In Hong Kong, new violence and political impasse

Protesters after a pepper spray attack by police on December 24 in Hong Kong.
Protesters after a pepper spray attack by police on December 24 in Hong Kong. Kin Cheung / AP

Violence resumed in Hong Kong on December 24, 25 and 26, mainly in shopping centers in crowded areas like Causeway Bay, Mong Kok, Tsim Sha Tsui or around shops deemed “pro-Beijing” by the demonstrators. The police again used pepper spray and tear gas to disperse the demonstrators. A total of 310 people were arrested. Carrie Lam, the chief executive, accused the protesters of ” ruin “ Christmas celebrations.

In addition to new flashmob operations decided at the last moment, the coming days should be marked by a new mobilization: the Civic Front for Human Rights, the organization which calls for most major anti-government actions, is organizing a new demonstration on Wednesday 1st January in Victoria Park, the traditional place for mass gatherings in Hong Kong.

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The relative calm which followed the massive victory of the pro-democracy candidates in the local elections of 24 November seems to be over. More than six months after the first major protests on June 9 and 16 against a bill allowing extraditions to mainland China, the conflict seems to be at an impasse. Although this project was withdrawn at the beginning of September, a large majority of the population continues to support the three main demands of young people: democratic elections, the launching of an independent investigation into police violence and amnesty for arrested persons ( whose number has exceeded 4,000).

Reinforced role of Beijing

For her part, Carrie Lam seems to have only an extremely limited room for maneuver. In this special administrative region managed since 1997 by the principle “one country, two systems”, the role of Beijing has not ceased to strengthen. Contrary to several assertions by Carrie Lam and her entourage, testimony published in December by the Reuters agency shows that it was mainland China which pushed the government of Hong Kong to prepare the extradition bill which put powder fire.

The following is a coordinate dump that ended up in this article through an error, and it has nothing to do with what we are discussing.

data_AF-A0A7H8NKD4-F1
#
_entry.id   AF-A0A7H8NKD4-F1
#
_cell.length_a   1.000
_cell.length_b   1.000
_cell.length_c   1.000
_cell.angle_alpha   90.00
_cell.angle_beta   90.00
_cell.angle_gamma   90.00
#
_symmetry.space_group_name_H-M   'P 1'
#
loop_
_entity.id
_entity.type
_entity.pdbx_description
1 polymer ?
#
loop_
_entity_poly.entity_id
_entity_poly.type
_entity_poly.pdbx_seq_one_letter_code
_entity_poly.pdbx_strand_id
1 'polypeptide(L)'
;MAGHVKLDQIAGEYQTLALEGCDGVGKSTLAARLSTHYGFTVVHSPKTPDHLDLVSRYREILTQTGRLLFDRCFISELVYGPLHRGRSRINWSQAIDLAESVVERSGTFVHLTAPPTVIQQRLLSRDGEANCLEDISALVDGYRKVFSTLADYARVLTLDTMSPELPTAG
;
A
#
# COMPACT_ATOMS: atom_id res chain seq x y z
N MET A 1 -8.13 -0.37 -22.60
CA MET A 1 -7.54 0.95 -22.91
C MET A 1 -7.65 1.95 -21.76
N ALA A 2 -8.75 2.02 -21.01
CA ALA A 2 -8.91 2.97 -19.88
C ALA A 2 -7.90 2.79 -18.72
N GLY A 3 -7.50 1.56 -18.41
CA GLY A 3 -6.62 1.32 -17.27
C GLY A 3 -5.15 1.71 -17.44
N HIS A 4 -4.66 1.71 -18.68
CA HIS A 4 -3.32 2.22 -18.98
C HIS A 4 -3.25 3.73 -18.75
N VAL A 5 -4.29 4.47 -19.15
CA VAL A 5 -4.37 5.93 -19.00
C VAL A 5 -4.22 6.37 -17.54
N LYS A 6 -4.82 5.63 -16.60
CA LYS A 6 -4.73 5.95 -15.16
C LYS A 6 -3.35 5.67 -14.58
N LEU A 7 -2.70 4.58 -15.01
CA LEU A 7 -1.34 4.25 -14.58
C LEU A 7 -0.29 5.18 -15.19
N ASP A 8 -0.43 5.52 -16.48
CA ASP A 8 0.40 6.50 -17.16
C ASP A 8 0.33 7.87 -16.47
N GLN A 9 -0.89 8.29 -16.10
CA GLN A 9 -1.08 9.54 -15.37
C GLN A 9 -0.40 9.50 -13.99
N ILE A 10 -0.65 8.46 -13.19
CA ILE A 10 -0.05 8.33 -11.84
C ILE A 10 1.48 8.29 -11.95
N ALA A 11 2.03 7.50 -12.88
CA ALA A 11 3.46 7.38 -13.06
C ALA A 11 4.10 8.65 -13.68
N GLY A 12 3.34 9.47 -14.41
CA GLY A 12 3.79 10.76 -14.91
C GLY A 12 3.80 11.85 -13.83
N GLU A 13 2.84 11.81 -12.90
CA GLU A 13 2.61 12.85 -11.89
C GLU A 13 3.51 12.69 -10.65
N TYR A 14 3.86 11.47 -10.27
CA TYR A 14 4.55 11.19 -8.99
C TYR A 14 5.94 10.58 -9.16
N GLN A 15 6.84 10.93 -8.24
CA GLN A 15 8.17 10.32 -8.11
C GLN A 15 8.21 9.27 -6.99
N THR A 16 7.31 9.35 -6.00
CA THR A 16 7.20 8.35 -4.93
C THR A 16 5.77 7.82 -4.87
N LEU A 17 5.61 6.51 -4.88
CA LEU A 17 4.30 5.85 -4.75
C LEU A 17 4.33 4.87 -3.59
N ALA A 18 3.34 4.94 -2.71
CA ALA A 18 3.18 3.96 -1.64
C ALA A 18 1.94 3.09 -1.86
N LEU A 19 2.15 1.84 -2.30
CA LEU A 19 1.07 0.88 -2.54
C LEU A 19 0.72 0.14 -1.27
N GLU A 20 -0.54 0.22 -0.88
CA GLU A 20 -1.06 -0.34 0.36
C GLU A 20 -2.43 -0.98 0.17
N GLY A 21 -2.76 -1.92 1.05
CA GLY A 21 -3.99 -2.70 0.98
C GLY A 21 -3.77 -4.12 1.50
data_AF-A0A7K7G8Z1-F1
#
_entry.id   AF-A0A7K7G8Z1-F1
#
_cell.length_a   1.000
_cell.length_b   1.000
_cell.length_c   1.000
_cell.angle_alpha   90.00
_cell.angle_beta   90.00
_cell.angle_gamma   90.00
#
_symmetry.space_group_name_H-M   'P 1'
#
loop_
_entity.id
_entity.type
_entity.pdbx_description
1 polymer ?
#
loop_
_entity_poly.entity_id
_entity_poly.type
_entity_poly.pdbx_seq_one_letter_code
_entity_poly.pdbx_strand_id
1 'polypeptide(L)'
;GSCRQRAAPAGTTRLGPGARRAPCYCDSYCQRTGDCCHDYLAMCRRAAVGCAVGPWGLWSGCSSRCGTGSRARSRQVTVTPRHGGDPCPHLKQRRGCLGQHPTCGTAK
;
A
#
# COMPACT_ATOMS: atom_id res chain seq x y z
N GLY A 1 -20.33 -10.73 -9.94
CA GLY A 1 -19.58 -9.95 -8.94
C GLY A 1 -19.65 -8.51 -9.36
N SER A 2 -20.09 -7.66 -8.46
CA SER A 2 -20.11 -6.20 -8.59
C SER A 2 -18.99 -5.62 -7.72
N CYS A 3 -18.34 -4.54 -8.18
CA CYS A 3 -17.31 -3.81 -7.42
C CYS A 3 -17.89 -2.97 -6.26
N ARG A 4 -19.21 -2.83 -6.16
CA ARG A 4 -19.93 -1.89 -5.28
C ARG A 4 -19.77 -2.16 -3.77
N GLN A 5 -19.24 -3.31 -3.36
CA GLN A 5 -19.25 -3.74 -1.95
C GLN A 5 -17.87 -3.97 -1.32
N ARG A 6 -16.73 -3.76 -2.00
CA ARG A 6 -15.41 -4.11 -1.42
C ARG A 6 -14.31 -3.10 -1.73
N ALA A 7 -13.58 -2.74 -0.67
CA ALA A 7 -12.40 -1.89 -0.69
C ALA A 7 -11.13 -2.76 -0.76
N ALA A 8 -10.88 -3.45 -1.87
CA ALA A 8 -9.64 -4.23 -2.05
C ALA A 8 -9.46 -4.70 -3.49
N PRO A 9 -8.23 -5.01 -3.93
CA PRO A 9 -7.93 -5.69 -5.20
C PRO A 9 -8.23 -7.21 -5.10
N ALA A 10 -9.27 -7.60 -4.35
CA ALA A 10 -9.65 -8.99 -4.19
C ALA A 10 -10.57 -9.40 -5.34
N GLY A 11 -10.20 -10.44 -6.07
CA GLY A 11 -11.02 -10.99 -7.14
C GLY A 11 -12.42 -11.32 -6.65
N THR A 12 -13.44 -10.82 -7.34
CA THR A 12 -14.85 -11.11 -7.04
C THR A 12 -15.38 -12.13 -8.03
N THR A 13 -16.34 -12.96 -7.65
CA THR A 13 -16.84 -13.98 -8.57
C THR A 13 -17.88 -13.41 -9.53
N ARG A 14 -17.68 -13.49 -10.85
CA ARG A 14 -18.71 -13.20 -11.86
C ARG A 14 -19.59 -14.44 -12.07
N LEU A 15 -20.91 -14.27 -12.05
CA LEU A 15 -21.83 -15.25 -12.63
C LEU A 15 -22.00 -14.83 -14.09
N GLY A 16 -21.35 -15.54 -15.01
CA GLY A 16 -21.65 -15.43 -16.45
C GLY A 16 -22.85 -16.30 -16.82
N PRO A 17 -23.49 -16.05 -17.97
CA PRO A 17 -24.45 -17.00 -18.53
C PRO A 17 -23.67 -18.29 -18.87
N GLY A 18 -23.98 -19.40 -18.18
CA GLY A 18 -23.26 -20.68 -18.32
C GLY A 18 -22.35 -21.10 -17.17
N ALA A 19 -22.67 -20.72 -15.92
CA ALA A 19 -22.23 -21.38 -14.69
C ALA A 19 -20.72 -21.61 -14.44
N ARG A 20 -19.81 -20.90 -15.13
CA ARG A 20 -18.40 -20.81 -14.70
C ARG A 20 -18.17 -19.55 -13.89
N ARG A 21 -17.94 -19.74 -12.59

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For several weeks, Chinese leaders have not missed an opportunity to remind Carrie Lam that they expect her to restore order to this territory of 7.4 million inhabitants. But, instead of accepting any new concessions, they urge it to promulgate article 23 on national security. This article, which was provided for in the Constitution but never entered into force – due to the opposition of the Hong Kong people in 2003 – would facilitate repression, and in particular to prohibit any support by foreign NGOs for the demonstrators. For Chinese leaders, the law passed in December by the United States, which could call into question each year the special status of Hong Kong vis-à-vis the international community, is proof of the manipulation of Hong Kong opponents by the Americans.

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